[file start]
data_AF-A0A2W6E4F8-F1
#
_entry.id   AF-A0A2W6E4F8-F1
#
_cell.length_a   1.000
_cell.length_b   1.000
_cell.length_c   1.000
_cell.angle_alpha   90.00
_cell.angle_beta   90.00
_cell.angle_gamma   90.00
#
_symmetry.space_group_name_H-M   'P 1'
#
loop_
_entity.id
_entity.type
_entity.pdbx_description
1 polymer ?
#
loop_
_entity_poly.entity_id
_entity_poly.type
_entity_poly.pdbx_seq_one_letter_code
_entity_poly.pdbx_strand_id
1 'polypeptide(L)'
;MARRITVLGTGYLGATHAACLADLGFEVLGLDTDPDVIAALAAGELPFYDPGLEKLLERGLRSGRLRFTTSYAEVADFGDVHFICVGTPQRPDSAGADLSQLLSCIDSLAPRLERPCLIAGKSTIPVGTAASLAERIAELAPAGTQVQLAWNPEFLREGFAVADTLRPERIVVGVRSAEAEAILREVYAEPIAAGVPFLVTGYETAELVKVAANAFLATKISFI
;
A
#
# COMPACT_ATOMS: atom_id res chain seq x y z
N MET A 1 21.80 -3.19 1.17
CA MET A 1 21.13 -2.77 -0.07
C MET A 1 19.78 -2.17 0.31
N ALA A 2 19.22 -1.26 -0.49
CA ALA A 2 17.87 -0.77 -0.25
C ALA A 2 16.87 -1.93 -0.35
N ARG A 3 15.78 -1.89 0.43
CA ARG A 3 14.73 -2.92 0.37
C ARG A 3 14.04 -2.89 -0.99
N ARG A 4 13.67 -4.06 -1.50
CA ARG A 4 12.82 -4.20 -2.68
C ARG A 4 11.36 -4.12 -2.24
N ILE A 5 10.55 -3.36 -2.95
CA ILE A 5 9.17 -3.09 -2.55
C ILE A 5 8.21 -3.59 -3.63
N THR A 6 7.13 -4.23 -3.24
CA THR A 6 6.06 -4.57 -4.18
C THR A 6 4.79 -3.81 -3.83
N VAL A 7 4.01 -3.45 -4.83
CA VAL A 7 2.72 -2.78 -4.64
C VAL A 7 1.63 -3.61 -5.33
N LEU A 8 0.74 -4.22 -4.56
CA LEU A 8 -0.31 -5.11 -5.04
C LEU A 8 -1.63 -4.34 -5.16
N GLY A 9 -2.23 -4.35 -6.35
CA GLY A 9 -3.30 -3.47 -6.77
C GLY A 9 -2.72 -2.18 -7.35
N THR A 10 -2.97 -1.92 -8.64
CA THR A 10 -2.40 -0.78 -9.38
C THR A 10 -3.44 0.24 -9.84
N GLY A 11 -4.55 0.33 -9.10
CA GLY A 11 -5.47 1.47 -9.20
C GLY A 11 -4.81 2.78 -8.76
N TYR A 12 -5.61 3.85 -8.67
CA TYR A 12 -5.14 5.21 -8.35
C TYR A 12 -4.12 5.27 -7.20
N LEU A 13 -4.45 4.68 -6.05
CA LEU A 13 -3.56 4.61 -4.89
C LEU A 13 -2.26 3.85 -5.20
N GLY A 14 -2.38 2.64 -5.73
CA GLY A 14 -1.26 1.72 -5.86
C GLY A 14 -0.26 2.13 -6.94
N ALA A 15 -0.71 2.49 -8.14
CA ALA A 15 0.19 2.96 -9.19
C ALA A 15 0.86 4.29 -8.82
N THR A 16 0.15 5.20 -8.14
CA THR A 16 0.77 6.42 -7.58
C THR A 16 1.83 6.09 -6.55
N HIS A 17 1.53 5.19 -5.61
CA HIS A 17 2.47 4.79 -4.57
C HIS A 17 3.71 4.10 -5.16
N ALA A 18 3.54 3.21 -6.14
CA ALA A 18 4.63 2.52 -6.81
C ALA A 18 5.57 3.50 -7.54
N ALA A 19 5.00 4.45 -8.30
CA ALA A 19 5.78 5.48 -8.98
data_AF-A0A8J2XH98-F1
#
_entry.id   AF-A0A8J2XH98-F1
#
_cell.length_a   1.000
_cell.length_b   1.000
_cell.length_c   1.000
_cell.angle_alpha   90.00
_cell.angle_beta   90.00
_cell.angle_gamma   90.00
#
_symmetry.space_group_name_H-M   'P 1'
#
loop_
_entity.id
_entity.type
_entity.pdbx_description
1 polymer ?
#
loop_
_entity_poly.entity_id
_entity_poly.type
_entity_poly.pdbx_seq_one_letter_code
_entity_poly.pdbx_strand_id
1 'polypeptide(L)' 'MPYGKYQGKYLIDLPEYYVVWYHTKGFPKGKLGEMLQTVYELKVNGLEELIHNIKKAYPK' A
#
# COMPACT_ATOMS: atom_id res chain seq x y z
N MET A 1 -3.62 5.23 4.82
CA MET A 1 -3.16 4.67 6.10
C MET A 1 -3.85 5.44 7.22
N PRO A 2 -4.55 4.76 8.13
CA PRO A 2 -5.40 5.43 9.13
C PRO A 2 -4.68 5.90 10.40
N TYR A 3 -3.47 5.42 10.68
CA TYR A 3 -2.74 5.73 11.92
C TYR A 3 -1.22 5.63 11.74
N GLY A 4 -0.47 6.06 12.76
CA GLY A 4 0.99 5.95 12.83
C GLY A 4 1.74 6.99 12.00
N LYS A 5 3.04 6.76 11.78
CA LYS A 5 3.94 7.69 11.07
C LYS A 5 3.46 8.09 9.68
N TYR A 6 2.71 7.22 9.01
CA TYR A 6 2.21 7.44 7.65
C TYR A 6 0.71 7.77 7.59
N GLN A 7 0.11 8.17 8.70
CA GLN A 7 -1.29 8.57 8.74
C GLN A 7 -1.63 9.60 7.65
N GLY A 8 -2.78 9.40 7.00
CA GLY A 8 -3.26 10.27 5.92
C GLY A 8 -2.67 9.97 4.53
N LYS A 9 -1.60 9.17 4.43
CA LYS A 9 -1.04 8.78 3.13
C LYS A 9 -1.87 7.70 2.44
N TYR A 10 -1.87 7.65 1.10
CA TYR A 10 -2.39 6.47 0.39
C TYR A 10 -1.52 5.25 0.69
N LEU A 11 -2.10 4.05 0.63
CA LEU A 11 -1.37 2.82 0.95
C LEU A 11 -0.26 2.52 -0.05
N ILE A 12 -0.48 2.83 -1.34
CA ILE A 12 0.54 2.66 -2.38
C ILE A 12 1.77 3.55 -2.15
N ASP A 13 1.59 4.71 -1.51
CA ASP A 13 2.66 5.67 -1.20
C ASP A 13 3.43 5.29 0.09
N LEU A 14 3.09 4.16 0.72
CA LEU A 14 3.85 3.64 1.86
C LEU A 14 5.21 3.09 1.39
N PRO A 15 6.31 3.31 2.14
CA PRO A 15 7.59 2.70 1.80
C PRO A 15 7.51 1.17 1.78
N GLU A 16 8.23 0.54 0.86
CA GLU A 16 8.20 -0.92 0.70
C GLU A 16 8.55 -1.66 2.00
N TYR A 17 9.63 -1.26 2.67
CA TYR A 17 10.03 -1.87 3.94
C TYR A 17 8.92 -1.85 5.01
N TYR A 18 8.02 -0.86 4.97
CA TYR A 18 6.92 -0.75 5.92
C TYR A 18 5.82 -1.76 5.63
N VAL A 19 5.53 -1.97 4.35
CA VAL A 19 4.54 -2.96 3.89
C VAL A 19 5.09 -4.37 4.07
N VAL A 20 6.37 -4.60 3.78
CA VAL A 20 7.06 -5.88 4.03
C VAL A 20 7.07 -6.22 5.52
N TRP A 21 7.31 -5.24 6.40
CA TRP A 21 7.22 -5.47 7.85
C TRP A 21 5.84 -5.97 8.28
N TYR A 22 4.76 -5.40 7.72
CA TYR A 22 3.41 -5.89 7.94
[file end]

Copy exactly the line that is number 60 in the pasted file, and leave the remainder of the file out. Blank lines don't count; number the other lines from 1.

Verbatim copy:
C THR A 10 -3.44 0.24 -9.84